• “life, liberty and the pursuit of happiness”

    • Included a list of complaints against the king

  • Influenced By: John Locke and the Enlightenment


The declaration of independence problems and contradictions

The Declaration of Independence Problems and Contradictions

  • Problem 1: Colonies became states and made their OWN constitutions


The declaration of independence problems and contradictions1

The Declaration of Independence Problems and Contradictions

  • Activity:What is the second problem/great contradiction?

  • Using the Declaration of Independence, you will on your own discover what the second problem is…please follow directions.


The declaration of independence problems and contradictions2

The Declaration of Independence Problems and Contradictions

  • SO WHAT IS IT?

  • WHAT’S THE GREAT CONTRADICTION OF THE DECLARATION OF INDEPENDENCE?


The declaration of independence problems and contradictions3

The Declaration of Independence Problems and Contradictions

  • Problem 2: The Great Contradiction

  • all men are created equal?

    • Slaves?

    • Natives?

    • Women?

    • Minorities?

  • The DOI would spark debates that would eventually lead to heated division and the Civil War


Us advantages in the war for independence

US Advantages in the War for Independence

  • Drive and determination:

    • Fighting for their homeland and the right to govern themselves

    • Knew if they lost, they’d be hung for treason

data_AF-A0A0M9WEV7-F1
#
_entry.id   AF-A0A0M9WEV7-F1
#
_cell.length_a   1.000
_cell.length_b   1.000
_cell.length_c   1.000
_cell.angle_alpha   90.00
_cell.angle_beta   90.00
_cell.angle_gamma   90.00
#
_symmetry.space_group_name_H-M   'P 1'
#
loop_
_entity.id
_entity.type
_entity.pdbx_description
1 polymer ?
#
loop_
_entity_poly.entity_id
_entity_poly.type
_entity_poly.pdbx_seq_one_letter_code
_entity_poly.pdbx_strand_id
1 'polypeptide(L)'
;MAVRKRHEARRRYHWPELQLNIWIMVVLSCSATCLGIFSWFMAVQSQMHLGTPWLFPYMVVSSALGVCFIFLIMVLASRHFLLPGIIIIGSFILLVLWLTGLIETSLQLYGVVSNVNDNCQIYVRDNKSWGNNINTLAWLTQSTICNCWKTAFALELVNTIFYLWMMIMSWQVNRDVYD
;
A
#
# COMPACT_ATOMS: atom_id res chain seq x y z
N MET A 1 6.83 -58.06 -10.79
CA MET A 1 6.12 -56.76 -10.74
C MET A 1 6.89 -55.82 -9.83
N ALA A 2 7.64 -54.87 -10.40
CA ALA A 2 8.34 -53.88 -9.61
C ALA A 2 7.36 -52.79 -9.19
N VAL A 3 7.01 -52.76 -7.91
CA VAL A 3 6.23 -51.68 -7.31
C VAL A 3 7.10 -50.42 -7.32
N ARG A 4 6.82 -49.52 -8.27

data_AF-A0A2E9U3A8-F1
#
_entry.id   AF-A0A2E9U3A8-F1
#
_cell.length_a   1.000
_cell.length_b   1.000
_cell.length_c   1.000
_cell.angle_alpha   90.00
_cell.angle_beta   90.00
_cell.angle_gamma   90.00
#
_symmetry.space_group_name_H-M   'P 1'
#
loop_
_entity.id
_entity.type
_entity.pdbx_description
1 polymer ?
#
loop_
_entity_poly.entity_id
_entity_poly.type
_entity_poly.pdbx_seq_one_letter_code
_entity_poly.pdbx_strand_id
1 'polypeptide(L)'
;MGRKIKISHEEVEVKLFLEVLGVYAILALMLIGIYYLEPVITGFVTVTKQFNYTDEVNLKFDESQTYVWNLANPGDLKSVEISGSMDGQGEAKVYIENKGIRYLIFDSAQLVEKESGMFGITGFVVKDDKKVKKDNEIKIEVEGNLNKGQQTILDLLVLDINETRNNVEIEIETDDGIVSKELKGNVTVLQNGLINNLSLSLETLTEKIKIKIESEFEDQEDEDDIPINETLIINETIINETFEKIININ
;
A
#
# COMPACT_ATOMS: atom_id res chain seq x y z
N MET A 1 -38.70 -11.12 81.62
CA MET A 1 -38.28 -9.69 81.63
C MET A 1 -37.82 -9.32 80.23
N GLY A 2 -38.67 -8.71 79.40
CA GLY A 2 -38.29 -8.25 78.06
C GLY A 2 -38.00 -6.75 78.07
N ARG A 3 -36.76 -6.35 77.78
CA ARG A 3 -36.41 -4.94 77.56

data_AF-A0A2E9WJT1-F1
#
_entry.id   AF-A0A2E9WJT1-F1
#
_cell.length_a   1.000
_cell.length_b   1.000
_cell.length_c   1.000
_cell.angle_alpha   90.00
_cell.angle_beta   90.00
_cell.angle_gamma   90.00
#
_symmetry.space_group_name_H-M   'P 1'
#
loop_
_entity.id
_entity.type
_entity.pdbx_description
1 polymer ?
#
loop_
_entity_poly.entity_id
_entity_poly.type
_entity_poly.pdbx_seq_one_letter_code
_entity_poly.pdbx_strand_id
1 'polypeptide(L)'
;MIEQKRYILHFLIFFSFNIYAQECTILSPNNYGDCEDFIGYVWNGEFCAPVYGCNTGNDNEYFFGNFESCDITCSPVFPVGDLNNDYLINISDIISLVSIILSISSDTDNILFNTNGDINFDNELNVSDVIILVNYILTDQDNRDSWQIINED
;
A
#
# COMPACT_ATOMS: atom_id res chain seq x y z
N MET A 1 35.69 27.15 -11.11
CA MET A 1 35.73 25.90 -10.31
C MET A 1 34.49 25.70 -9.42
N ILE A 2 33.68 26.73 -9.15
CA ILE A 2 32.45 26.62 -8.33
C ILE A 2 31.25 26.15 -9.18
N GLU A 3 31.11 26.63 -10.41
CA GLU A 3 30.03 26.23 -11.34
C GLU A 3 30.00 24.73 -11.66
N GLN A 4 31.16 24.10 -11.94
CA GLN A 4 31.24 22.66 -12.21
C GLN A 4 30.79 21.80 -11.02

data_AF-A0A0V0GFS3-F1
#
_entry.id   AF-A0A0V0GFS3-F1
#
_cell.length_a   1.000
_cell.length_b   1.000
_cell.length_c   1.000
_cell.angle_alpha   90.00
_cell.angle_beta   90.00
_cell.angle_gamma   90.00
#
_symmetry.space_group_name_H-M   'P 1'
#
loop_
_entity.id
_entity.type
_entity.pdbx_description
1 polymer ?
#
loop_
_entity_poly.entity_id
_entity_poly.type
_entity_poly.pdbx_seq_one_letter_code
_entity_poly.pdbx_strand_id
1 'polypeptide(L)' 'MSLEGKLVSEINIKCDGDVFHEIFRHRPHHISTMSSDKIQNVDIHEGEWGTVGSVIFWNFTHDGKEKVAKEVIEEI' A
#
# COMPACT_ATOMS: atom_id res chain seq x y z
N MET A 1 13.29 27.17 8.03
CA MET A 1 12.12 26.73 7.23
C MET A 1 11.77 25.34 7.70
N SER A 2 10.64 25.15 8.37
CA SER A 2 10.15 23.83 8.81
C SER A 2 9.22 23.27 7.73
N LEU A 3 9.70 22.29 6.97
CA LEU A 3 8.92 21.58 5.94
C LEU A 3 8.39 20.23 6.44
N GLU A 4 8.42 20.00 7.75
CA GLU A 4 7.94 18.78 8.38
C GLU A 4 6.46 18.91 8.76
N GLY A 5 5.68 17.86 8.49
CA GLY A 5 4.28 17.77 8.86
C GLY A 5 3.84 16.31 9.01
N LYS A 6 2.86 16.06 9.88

• Knowledge:

    • Fighting on their own front, know the land

    • Had fought alongside the British and were familiar with their tactics


George washington

The Leaders of the Armies

George Washington

  • Commander-in-Chief of the Continental Army

Lord Charles Cornwallis

  • A Colonel in the British Army

    • Most famous leader and active in the Southern Campaigns


The northern war

The Northern War

  • The Battle of Saratoga (New York):

    • General Horatio Gates in charge of Continentals

    • Key Victory: convinced the French the US could possibly win

      • Result: France and the US forged an alliance


The northern war1

The Northern War

  • Valley Forge (Pennsylvania):

    • Harsh winter

    • No supplies or clothes

    • Many men died, became too sick to serve

    • After enduring VF: Washington’s men more determined and better trained then ever


The birth of a nation chapter 2

  • Video Clip